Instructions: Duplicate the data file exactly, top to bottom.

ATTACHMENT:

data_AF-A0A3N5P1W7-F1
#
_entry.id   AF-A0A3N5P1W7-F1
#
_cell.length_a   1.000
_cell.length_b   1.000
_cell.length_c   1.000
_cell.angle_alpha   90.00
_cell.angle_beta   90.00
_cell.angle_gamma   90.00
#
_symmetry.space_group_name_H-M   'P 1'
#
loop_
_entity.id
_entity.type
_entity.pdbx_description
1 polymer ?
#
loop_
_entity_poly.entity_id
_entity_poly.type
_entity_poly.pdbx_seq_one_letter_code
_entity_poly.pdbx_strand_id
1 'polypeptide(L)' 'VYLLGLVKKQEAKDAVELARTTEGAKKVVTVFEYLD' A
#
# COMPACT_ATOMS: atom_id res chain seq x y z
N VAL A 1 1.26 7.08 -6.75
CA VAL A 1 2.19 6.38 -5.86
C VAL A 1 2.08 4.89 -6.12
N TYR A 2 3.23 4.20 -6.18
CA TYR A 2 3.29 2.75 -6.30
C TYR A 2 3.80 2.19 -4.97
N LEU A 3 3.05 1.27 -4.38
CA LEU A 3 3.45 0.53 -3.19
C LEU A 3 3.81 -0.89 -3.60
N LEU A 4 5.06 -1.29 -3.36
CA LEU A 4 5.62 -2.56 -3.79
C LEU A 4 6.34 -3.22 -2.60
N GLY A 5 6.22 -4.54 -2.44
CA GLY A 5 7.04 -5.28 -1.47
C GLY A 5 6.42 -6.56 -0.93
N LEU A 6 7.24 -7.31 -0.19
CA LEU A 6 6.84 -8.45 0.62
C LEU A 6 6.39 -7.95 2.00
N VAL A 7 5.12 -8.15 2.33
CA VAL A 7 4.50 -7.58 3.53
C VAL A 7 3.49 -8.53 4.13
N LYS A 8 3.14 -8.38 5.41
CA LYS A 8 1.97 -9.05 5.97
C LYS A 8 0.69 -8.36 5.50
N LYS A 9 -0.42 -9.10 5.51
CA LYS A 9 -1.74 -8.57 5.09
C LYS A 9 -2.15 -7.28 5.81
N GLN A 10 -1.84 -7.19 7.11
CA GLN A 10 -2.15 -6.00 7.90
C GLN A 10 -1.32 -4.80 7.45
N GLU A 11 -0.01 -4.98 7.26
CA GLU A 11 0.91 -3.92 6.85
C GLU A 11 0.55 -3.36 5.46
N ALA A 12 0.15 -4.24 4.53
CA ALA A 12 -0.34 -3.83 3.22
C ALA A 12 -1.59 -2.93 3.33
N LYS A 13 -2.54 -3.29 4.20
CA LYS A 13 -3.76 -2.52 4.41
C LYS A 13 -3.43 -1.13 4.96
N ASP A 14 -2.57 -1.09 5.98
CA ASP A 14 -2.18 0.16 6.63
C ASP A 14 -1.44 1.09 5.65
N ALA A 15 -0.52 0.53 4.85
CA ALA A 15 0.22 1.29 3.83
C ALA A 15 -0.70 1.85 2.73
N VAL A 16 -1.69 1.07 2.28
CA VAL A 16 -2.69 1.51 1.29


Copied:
data_AF-A0A3N5P1W7-F1
#
_entry.id   AF-A0A3N5P1W7-F1
#
_cell.length_a   1.000
_cell.length_b   1.000
_cell.length_c   1.000
_cell.angle_alpha   90.00
_cell.angle_beta   90.00
_cell.angle_gamma   90.00
#
_symmetry.space_group_name_H-M   'P 1'
#
loop_
_entity.id
_entity.type
_entity.pdbx_description
1 polymer ?
#
loop_
_entity_poly.entity_id
_entity_poly.type
_entity_poly.pdbx_seq_one_letter_code
_entity_poly.pdbx_strand_id
1 'polypeptide(L)' 'VYLLGLVKKQEAKDAVELARTTEGAKKVVTVFEYLD' A
#
# COMPACT_ATOMS: atom_id res chain seq x y z
N VAL A 1 1.26 7.08 -6.75
CA VAL A 1 2.19 6.38 -5.86
C VAL A 1 2.08 4.89 -6.12
N TYR A 2 3.23 4.20 -6.18
CA TYR A 2 3.29 2.75 -6.30
C TYR A 2 3.80 2.19 -4.97
N LEU A 3 3.05 1.27 -4.38
CA LEU A 3 3.45 0.53 -3.19
C LEU A 3 3.81 -0.89 -3.60
N LEU A 4 5.06 -1.29 -3.36
CA LEU A 4 5.62 -2.56 -3.79
C LEU A 4 6.34 -3.22 -2.60
N GLY A 5 6.22 -4.54 -2.44
CA GLY A 5 7.04 -5.28 -1.47
C GLY A 5 6.42 -6.56 -0.93
N LEU A 6 7.24 -7.31 -0.19
CA LEU A 6 6.84 -8.45 0.62
C LEU A 6 6.39 -7.95 2.00
N VAL A 7 5.12 -8.15 2.33
CA VAL A 7 4.50 -7.58 3.53
C VAL A 7 3.49 -8.53 4.13
N LYS A 8 3.14 -8.38 5.41
CA LYS A 8 1.97 -9.05 5.97
C LYS A 8 0.69 -8.36 5.50
N LYS A 9 -0.42 -9.10 5.51
CA LYS A 9 -1.74 -8.57 5.09
C LYS A 9 -2.15 -7.28 5.81
N GLN A 10 -1.84 -7.19 7.11
CA GLN A 10 -2.15 -6.00 7.90
C GLN A 10 -1.32 -4.80 7.45
N GLU A 11 -0.01 -4.98 7.26
CA GLU A 11 0.91 -3.92 6.85
C GLU A 11 0.55 -3.36 5.46
N ALA A 12 0.15 -4.24 4.53
CA ALA A 12 -0.34 -3.83 3.22
C ALA A 12 -1.59 -2.93 3.33
N LYS A 13 -2.54 -3.29 4.20
CA LYS A 13 -3.76 -2.52 4.41
C LYS A 13 -3.43 -1.13 4.96
N ASP A 14 -2.57 -1.09 5.98
CA ASP A 14 -2.18 0.16 6.63
C ASP A 14 -1.44 1.09 5.65
N ALA A 15 -0.52 0.53 4.85
CA ALA A 15 0.22 1.29 3.83
C ALA A 15 -0.70 1.85 2.73
N VAL A 16 -1.69 1.07 2.28
CA VAL A 16 -2.69 1.51 1.29